Were you disappointed to beat France only on penalties in the Final?
Not at all. Penalties represent a skill that, according to the rules, can decide a game. I’ve been through plenty of penalty shoot-outs in my career – with Juventus against Ajax in 1996 I won a Champions League; at Old Trafford in 2003 I lost one [to Milan]. But a shoot-out says a lot about a team’s mentality, its self-belief. For example, in Rome against Ajax, all my players looked me in the eye and told me they wanted to take one of the penalties because they all wanted to be part of the success. At Old Trafford, after a match in which we had not played that well, nobody looked me in the eye, some of the players were looking into the grandstand, some were looking down at their boots, so much so that I thought at one point, what do you want lads, will I take all five kicks myself? The point is that at Old Trafford, my players didn’t believe in it and, accordingly, we lost the shoot-out.
In Berlin, all the players wanted to take a penalty, even [keeper Gigi] Buffon said to me: “If you need me, I’ll take one, boss.” When I saw that, I was convinced we would win. But we did not prepare in any special way for the penalties, we didn’t practise them.
The Final, of course, was marred by the infamous Zidane-Materazzi butt incident. Did that not help Italy?
To those who say we were much advantaged by the sending-off of Zidane, I would say this – he was sent off in extra-time, when the match was almost over. Sure, he would have taken a penalty instead of somebody else, but certainly not instead of [David] Trezeguet, who would still have missed his. So it changed nothing.
Of course, it was disappointing for all of us that he was sent off. I had him as a player for four seasons at Juventus and, after Maradona, he was the best player of the past 20 years. Mind you, with Juve there were a few occasions when he lost his head.
What happened in Berlin takes nothing from Zidane’s greatness as a player. Indeed, I spoke to him during the warm-up and told him he should re-think his retirement, that a player of his class should retire only when he could no longer walk, and he just laughed. I didn’t talk to him after the game.
You won five Serie A titles and a Champions League trophy with Juventus. Where do you see them going from here?
First, Juve should be thinking now of winning Serie B, and only that. What is certain is that the club has the know-how, the intelligence and the experience necessary for them to build a team as strong as in the past.
Internazionale have been making merry in Serie A this season after the match-fixing punishments to other clubs but do you think the campaign has been devalued or are Inter a really good team?
The story is the same now as it was last summer. We knew then that it would be a Serie A without Juventus and with Milan, Fiorentina and Lazio penalised. So we were all tipping Inter as the likely winners, and saying Roma would be the only ones to run them close, with maybe one of the provincial teams such as Palermo showing strongly. And that’s exactly the way it has been. Inter have the strongest squad this season and seem very, very determined, more so perhaps than in other seasons.
Which other teams have impressed you this season?
Well, I’m certainly a big admirer of Manchester United and Alex Ferguson. He has been able to win a lot, yet at the same time continually renew the team before it gets to the end of its cycle. Even if they have not won so much in recent years, this season they are back on top and look very strong.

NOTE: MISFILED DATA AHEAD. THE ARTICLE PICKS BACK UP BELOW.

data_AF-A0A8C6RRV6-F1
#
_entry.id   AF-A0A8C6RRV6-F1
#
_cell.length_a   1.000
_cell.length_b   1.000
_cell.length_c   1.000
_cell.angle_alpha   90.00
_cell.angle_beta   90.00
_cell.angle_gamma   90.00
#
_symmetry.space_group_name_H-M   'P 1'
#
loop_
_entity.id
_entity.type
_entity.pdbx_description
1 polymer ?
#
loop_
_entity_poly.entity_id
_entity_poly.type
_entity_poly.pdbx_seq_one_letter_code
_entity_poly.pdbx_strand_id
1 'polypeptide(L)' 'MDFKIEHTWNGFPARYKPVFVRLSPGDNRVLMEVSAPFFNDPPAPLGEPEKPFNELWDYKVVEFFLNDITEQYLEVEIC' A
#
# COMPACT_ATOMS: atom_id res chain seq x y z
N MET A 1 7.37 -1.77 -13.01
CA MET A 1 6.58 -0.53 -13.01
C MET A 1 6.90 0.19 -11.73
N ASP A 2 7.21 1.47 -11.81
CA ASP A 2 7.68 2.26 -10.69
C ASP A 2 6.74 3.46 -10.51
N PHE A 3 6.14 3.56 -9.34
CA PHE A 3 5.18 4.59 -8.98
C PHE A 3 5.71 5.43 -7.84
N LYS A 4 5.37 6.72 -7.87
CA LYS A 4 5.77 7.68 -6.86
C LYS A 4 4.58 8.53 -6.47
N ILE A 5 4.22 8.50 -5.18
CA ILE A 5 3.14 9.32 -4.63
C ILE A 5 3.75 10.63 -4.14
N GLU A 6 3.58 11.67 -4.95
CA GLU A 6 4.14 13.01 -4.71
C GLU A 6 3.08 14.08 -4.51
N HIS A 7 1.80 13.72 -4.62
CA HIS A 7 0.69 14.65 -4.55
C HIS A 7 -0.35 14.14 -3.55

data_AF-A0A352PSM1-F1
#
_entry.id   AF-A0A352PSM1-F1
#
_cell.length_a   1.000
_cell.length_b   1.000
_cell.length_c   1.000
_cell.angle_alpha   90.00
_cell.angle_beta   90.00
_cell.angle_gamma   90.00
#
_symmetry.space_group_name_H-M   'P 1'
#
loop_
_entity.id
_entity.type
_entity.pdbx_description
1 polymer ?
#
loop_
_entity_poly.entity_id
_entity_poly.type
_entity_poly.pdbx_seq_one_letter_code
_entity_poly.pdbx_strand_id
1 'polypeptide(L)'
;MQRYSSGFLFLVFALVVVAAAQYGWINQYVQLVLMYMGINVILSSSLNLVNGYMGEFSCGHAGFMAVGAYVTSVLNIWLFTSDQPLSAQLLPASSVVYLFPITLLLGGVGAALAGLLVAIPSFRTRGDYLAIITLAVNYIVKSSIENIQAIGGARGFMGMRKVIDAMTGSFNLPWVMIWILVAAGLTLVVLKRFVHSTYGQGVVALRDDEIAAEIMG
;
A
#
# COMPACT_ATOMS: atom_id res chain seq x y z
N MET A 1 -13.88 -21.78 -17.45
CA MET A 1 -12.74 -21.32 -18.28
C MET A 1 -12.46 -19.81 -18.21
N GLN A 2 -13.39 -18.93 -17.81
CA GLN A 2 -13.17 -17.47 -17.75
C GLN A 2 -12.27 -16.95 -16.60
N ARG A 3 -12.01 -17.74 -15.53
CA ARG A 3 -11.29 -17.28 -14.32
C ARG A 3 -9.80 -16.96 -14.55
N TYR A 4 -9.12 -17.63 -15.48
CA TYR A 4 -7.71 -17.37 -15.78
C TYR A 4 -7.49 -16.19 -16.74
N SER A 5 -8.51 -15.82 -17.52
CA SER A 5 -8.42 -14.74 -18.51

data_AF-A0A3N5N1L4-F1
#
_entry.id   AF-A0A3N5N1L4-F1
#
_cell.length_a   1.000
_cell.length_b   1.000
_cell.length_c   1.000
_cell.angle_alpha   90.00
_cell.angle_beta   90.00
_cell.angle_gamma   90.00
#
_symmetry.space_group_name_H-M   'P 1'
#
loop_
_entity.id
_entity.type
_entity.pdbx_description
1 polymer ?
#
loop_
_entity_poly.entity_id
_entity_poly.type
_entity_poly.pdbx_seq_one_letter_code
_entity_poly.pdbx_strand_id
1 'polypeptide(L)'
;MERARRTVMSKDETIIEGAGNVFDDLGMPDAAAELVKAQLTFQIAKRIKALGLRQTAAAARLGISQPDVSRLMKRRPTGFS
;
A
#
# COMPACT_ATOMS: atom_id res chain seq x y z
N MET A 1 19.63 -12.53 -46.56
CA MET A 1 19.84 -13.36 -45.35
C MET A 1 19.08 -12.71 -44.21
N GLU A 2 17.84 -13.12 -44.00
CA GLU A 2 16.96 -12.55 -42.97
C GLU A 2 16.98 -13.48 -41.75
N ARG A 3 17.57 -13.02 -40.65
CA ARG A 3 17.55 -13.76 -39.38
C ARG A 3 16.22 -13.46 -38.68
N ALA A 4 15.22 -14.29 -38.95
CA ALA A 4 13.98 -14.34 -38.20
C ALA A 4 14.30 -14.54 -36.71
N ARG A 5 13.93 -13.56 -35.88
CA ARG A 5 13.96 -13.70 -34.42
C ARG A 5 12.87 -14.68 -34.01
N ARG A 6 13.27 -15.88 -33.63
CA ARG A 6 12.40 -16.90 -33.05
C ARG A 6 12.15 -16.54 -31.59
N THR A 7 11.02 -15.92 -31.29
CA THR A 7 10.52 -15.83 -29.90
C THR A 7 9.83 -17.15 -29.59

What are your views on Jose Mourinho?
The good coach is the one who gets the best out of his players, who gets a mid-table side to finish second or third in his league. Mourinho has certainly done that and more with Porto and Chelsea in recent years and, what’s more, without having been a great player himself, which is something that can really help you when you get to coach a big team.
What about the appointment of Michel Platini, a former Juve player, as UEFA president?
It is positive that a young man like him,a former great player, someone who knows football from the roots up, gets elected as UEFA president. That’s a sign that something is moving. After all, a former player will always see football in a different light from others.
You have won just about everything as a coach but there were struggles early on in your career.
That’s true. The worst moment for me was being sacked by Siena in C1 [third division]. It was my first season at that level and I thought maybe I would never coach again. But I stuck at it and I had a reverse
experience, going from Serie C [with Carrarese] to Serie A [Cesena].
It made me understand something fundamental – that being sacked is not only part of a coach’s job but also that it is useful because it lets you unwind, chill out, gives you time to travel, to look at different things to improve yourself. It’s a good thing to have six months off every now and then.
Even after finding success, coaches still tend to be judged by pretty exacting standards.
Yes. I took Juventus to four Champions League finals [he won the first and lost the others] yet somebody asked me after the fourth [against Milan in 2003] if I considered myself a loser. Yes, I said, a successful loser. To get to the Final that year, we had beaten Barcelona in the quarter-finals and Real Madrid in the semi-finals, then you go and lose with the last kick of the shoot-out and someone tells you that you are a loser. I wonder about people sometimes…
So where to now? Years ago, when you were at Juventus, you told me that you would never coach in England because you didn’t speak English and could not conceive of coaching via an interpreter. Does that still hold true?
Players, even in England, now speak different languages. I used to speak to Alex Ferguson only via an interpreter but recently we’ve discovered that we both speak a little French and we talk to one another in that language. Lots of players have played in Italy or have travelled around, so they understand different languages. A few years ago, I would have seen the lack of English as a huge problem for me; now, less so.